Immersive Art Installation Reminds People to Take a Moment and Breathe

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Breathing Pavilion offers sanctuary at a time of intense hardship and loss, suggests a paradigm shift towards communion and meditative stillness.

By Vlad Harabara for The Optimist Daily: Making Solutions the News

Immersive Art Installation Reminds People to Take a Moment and Breathe

A new public art installation in Brooklyn calls attention to the issue of social injustice and mindfulness in an unconventional and compelling way. Dubbed Breathing Pavilion, the temporary art installation is designed by Brooklyn-based artist Ekene Ijeoma who wanted to create a safe public space that can offer people a brief respite amidst the current period of hardship and loss.

The art installation is made of illuminated inflatable pillars that invite pedestrians to breathe along with its pulsating lights. The pavilion features a 30-foot circle of 20 nine-foot-tall inflatable pillars held up by concrete bases.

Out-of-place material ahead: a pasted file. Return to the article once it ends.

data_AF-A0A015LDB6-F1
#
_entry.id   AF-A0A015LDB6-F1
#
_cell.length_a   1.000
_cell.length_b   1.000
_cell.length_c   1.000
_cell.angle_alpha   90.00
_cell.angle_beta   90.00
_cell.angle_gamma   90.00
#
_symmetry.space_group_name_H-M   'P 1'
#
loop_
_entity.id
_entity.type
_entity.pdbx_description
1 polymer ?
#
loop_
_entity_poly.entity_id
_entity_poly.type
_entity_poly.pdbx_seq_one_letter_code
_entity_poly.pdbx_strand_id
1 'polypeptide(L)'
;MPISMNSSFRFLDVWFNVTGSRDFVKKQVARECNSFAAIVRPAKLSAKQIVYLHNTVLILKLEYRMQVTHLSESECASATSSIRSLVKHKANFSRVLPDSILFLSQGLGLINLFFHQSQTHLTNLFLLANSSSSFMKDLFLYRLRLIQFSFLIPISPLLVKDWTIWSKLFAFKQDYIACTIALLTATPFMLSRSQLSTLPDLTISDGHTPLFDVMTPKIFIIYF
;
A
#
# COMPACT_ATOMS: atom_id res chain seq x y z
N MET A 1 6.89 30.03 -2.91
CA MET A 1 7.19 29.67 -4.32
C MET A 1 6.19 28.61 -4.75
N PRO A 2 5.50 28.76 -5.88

The two-tone columns are reflective silver on the outside and the inside is translucent white fitted with LED lights. The pillars slowly modulate in brightness to illustrate a deep breathing technique intended to bring calm. For the light, Ijeoma chose an orange glow to echo “the color of the sun,” and used his own breathing to determine the tempo at which the lights pulsate. People are invited to breathe along with the changing light.

“Breathing Pavilion offers sanctuary at a time of intense hardship and loss, suggests a paradigm shift towards communion and meditative stillness, and creates an accessible space of reprieve when the act of breathing itself is under siege,” Ijeoma explained to Dezeen.

“The concept is something that I just thought of for this project. But I’ve been developing some other ideas around creating spaces and also public spaces for relieving stress.”

The artwork is installed in Brooklyn’s Cultural District, on a corner where many protestors gathered to march in support of the Black Lives Matter movement last summer.

By Vlad Harabara for The Optimist Daily: Making Solutions the News

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